When most people hear the word “plasma”, they think of blood components—yet there are many other forms of plasma that have a wide-range of implications. Low temperature atmospheric pressure plasma (LTAPP), also known as cold or non-thermal plasma, is a relatively new medium that has the potential to replace or augment traditional oral therapies.1,2 The concept of LTAPP is unknown to most dental professionals, even though plasma technology has steadily advanced in several other industries (including medicine). The biological properties and effects of plasma are clinically relevant for a number of oral applications. For example, research suggests that plasma has the ability to kill bacterial cells without harming the surrounding healthy cells, and may exhibit therapeutic properties that can boost wound healing and enhance tissue regeneration.3,4 Given the current state of knowledge, this course provides insight into the potential applications that plasma has for the dental industry.
Plasma—referred to as the fourth state of matter—comprises approximately 99% of the universe. In nature, plasma is commonly associated with the stars and lightening, while the remainder of the universe consists of ordinary matter such as solids, liquids, and gases (Figure 1). The boundary between gas and plasma is often blurred, but plasma possesses unique properties that are unlike those of solids, liquids, or gases. First of all, plasma does not have a defined shape or a definitive volume unless enclosed in a container, or formed into configurations like plumes or beams. The plasma discharge produced can then take on different shapes (wide, narrow) and colors (blue, white, green) depending on factors such as type of gas used (e.g. argon, helium) and flow rate. Typically, plasma emissions generated for dental applications resemble a narrow “glowing” blue/white mass (Figure 2).
Plasmas are classified as either thermal (hot) or non-thermal (cold). If plasma is nearly fully ionized, it is referred to as “hot”; if only a small fraction of the gas molecules are ionized (e.g. 1%), then it is referred to as “cold.” Thermal plasmas exist at thousands of degrees Celsius, and require pressure and a significant power source in order to operate. Non-thermal plasmas, on the other hand, are artificially generated, and can operate with ambient air (room temperature) and much less power. For example, thermal applications include surface etching, cauterization and sterilization where high heat is necessary. On the other hand, non-thermal applications would be used for intraoral procedures where high heat is intolerable.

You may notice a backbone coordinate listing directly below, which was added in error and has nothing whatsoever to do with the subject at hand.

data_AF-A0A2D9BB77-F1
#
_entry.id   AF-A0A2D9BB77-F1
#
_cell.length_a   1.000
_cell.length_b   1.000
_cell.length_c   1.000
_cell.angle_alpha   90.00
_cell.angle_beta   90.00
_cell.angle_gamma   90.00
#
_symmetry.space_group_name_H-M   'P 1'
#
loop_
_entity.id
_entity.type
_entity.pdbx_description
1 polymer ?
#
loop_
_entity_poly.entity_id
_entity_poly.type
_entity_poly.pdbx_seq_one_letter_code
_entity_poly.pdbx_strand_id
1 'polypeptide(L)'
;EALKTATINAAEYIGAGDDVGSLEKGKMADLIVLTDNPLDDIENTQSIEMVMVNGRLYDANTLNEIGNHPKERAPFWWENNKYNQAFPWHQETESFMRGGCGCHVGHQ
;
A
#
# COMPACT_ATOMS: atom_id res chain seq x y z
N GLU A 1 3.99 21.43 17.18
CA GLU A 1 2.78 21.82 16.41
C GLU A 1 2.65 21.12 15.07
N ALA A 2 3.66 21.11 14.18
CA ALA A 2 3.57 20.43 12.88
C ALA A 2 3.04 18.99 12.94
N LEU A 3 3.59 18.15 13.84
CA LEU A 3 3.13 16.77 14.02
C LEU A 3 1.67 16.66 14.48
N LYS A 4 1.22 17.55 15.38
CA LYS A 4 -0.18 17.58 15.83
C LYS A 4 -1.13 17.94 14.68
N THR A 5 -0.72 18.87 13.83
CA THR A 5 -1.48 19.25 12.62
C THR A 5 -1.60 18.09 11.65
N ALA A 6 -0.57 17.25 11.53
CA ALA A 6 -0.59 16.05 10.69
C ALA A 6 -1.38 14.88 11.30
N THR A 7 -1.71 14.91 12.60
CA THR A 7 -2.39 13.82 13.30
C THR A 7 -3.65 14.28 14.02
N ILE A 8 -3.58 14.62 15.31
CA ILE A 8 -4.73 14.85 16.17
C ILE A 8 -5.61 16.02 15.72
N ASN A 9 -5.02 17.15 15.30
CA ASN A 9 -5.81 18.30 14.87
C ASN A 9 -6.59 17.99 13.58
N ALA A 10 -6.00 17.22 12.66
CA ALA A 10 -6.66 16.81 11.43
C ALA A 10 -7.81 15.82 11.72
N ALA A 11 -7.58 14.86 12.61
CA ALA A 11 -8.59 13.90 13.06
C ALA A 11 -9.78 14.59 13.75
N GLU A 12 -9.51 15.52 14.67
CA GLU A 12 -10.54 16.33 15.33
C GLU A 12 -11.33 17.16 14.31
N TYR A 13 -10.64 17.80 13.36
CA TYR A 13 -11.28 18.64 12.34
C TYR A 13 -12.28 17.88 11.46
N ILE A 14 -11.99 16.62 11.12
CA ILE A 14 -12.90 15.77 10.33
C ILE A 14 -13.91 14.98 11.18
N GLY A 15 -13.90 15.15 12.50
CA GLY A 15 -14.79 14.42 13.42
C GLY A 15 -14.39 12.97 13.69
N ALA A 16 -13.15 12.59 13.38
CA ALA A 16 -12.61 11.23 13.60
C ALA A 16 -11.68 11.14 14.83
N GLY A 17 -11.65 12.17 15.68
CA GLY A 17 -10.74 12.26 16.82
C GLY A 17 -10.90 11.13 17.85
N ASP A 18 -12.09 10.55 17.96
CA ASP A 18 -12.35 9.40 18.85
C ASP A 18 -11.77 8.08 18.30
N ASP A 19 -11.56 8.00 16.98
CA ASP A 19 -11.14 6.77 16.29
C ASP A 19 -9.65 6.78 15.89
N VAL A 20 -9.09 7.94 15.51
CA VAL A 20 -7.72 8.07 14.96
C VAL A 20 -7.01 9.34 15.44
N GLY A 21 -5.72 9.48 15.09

Plasma can be activated by applying an electrical field (heat or electricity) to a gas, which produces energetic electrons and ions that facilitate highly reactive chemistry. Plasma exhibits strong oxidative properties through the generation of chemically reactive oxygen species (ROS)—such as, for example, hydrogen peroxide (H2O2). As a result, bacteria have been found unable to cope in the hostile environment created by plasma, and therefore die very quickly. 2-6
Laboratory studies have demonstrated that plasma has the ability to inactivate or kill bacteria, viruses, and fungi without adversely affecting the surrounding healthy cells. The oxygen-based active species in plasma play a critical role in its germicidal effects. The causative agents are short-living species called radicals that are highly reactive and affect only the targeted area. The germicidal action of plasma depends on several factors, such as: power, type and composition of gases, flow rate, exposure time, configuration of plasma, as well as the type and concentration of the cell.5
The physics of plasma are complex and multifaceted, yet due to its unique characteristics, the potential for growth in the healthcare arena is enormous. Plasma research is slowly emerging as an innovative, multidisciplinary field; nevertheless, regulations and guidelines need to be established in order to substantiate the safety and efficacy of impending devices and therapies.
PLASMA IN NON-HEALTHCARE ARENAS
Industrial applications of thermal and non-thermal plasmas have been expanding into non-healthcare arenas for years. For instance, plasma technology is currently used in the manufacturing of neon and fluorescent tubes, semiconductors and televisions. Other examples include surface etching, welding, and plating or coating to provide corrosive resistance and thermal insulation for certain materials. Plasma technology is also employed in the food industry to increase product safety by killing pathogens that are commonly associated with foodborne illnesses, such as: Listeria spp., E. coli strains, and Salmonella. Moreover, large volume plasma systems provide three unique capabilities in the food industry to ensure overall safety:
1) deposition of barrier coating for packaging
2) product treatment to remove organic contaminants
3) decontaminating surface areas such as: counters, cutters, and conveyors
The growth of plasma research in food science has increased tremendously over the past few years and is expected to continue as consumer demands for safety and quality increase.
PLASMA IN THE BIOMEDICAL FIELD
The discovery of plasma’s biological effects—coupled with the growth in nano-technology—has spurred tremendous interest in the biomedical field. In the l990s, the field of plasma medicine was introduced to the scientific community; however, the first International Conference on Plasma Medicine (ICPM) was not held until 2007. Since that inaugural meeting, there has been a dramatic interest in biomedical applications.
There are a variety of biomedical challenges and conditions being researched that show potential in dentistry. Researchers are currently studying plasma’s germicidal effect on a variety of pathogenic microorganisms that are associated with hospital-acquired infections, antibiotic-resistant bacteria, and prion diseases, just to name a few.6-9 Plasma-assisted devices are also under investigation in a number of areas, including: wound healing and tissue regeneration (i.e. burns and ulcers), treatment of dermatological diseases and skin rejuvenation, treatment of certain cancers, and the inactivation a wide range of pathogenic microorganisms associated with common diseases and environmental challenges.